It is clear that the trial court erroneously applied 42 Pa.C.S. § 5104(c) in denying the requests for non-jury trials of appellants Sorrell, O'Bryant, and Garwood. On the other hand, in the case of appellant Smith the trial court properly applied Rule 1101, recognizing that the Rule requires the court to consider all relevant factors in deciding whether to grant an accused's motion to waive trial by jury. Having determined that exposure to the accused's criminal record during pre-trial proceedings would potentially taint the court's impartiality as a finder of fact, the court properly exercised its discretion in denying appellant Smith's request for a non-jury trial in the interest of his obtaining a fair trial.
Records remanded to the Superior Court for proceedings consistent with this opinion.
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NIX, Justice, dissenting.
I dissent and would hold that the conflict between Pennsylvania Rule of Criminal Procedure *fn11011 and 42 Pa.C.S.A. § 5104(c)*fn2 requires the rule be found in violation of the limitation of this Court's constitutionally vested power: "to prescribe general rules governing practice, procedure and the conduct of all courts . . ." contained in Article 5, § 10, of the Pennsylvania Constitution.
This limitation requires that rules promulgated by this Court must be "consistent with this constitution and neither abridge, enlarge nor modify the substantive rights of any litigant, nor affect the right of the General Assembly to determine the jurisdiction of any court . . ." Pa. Const., Art. 5, § 10.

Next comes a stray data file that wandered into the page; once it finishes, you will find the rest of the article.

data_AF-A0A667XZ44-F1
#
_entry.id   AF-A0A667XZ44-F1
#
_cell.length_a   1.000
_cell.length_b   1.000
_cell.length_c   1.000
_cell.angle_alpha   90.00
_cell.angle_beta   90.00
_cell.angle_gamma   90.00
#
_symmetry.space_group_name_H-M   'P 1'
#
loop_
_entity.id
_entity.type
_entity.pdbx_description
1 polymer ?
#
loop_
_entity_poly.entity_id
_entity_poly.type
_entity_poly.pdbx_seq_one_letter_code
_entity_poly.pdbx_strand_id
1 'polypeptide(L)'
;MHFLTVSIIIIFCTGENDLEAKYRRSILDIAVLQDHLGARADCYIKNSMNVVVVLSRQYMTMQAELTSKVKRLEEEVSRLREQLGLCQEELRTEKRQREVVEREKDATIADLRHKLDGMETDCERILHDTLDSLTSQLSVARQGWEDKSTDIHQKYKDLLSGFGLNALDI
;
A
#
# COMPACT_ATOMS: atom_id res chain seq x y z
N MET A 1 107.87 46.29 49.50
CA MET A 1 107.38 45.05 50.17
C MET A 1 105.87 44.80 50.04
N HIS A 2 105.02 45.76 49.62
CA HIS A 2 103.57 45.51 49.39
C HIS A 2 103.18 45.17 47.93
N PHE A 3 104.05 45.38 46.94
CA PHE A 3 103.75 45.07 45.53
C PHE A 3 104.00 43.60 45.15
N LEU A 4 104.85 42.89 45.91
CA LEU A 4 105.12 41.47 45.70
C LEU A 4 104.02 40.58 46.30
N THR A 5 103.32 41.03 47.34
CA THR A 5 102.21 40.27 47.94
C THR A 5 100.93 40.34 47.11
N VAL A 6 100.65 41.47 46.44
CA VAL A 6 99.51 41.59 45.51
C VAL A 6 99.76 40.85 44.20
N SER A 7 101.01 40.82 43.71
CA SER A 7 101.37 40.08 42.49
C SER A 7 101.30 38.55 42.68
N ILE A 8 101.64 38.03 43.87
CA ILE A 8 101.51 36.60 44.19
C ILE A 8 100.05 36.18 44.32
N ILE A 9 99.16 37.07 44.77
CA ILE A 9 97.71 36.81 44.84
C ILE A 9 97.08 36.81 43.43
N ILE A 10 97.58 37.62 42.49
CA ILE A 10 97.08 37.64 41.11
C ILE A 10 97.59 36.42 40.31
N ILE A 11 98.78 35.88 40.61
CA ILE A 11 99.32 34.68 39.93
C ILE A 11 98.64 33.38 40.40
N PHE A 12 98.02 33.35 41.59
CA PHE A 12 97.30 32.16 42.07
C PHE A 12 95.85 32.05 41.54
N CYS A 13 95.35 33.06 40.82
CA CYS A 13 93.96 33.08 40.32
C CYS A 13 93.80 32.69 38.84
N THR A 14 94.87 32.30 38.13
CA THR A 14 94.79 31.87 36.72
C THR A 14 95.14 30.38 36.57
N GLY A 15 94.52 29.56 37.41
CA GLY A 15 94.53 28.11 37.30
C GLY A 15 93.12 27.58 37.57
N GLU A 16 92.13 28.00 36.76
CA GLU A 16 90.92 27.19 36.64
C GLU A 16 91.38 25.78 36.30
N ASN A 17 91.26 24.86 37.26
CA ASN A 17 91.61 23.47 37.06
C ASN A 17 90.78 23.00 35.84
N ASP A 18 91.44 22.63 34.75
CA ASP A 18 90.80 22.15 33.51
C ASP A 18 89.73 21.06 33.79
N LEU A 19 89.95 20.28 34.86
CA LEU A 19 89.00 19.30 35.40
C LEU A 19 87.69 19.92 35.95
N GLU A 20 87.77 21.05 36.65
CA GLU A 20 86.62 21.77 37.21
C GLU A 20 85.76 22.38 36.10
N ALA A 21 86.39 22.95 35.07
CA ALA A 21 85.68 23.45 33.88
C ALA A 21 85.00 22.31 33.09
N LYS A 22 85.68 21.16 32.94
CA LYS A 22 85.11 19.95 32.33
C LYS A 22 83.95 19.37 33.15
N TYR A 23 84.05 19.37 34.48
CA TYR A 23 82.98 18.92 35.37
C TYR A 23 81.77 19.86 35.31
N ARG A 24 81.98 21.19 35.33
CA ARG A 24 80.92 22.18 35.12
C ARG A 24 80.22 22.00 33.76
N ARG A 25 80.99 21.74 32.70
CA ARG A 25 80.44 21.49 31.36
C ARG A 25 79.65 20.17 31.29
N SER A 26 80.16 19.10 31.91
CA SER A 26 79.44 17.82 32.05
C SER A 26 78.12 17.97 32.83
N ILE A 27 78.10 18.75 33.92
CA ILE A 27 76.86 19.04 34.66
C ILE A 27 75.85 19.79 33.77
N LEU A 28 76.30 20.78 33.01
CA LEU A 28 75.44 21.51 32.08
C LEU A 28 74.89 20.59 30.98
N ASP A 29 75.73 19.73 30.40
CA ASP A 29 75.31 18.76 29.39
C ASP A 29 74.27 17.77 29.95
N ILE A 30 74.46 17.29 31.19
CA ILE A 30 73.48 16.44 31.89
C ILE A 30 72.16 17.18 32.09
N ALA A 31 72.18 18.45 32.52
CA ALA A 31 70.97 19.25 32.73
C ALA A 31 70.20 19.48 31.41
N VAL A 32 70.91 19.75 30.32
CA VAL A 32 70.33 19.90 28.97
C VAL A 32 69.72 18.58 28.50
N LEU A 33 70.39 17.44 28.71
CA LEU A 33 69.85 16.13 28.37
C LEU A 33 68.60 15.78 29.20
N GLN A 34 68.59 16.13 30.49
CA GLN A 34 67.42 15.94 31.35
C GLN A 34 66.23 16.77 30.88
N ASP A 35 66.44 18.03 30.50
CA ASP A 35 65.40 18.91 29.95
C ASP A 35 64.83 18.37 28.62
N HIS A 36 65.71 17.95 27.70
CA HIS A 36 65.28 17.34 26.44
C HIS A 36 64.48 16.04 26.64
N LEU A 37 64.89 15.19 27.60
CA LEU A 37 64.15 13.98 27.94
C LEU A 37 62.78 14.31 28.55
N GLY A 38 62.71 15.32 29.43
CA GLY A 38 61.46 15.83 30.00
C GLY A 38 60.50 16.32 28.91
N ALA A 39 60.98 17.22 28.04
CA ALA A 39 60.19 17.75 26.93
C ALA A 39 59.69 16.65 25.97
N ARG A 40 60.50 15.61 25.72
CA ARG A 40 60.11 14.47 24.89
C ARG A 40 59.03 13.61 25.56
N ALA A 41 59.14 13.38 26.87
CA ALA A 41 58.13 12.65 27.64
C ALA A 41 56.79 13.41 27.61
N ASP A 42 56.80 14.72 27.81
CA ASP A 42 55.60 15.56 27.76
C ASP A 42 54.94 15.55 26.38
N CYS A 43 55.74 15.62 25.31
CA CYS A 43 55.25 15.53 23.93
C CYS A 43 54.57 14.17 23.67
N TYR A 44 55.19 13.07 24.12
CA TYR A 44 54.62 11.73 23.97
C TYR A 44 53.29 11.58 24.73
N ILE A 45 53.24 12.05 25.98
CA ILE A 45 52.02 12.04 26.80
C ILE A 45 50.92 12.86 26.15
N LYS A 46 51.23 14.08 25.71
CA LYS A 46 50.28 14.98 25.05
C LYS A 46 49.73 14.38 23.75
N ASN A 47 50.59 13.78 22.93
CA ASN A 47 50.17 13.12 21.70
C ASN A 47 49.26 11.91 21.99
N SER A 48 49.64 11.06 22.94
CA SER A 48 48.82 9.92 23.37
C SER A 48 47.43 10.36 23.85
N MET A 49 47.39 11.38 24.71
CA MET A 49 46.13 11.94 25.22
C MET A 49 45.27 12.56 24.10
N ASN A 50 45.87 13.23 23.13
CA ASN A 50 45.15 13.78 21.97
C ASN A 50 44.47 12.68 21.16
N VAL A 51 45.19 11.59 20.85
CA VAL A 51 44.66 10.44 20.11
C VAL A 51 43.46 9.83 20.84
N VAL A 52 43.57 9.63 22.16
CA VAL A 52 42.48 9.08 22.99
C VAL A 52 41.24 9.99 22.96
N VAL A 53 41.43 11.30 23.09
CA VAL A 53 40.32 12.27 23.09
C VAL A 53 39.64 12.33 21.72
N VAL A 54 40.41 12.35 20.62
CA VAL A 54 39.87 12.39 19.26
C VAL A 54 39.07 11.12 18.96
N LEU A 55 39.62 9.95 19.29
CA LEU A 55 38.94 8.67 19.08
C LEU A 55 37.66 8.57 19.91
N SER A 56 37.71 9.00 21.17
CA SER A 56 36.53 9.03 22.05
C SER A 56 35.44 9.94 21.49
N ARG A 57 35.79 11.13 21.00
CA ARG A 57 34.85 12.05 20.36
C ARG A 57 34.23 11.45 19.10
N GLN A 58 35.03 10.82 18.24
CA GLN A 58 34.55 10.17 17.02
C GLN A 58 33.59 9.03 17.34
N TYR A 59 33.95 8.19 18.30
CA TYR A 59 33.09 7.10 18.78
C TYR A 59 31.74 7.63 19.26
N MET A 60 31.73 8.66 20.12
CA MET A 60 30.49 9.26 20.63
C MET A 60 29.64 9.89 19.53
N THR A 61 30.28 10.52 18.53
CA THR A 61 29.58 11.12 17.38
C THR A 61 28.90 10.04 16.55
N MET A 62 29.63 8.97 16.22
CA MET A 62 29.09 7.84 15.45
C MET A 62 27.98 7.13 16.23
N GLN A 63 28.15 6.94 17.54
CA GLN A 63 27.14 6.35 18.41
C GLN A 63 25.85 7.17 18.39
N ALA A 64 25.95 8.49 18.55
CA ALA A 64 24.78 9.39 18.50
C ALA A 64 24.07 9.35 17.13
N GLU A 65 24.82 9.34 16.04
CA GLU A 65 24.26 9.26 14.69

At the time of the adoption of Rule 1101 (January 24, 1968), there was neither a constitutional right nor a statutory right vesting the Commonwealth with the power to demand trial by jury in criminal cases.*fn3 In the promulgation and in the amendment of this rule, the Court was discharging its responsibility of setting forth the manner in which a party seeking to waive trial by jury should proceed. In deleting the original requirement of the attorney for the Commonwealth's approval in 1973, this Court was not seeking to curtail a right of the Commonwealth but rather was designing a procedure, recognizing that the Commonwealth possessed (at that time) no right in the decision as to whether or not a jury trial should be permitted. By the enactment of § 5104(c) (promulgated in 1976) the Legislature created a substantive right in the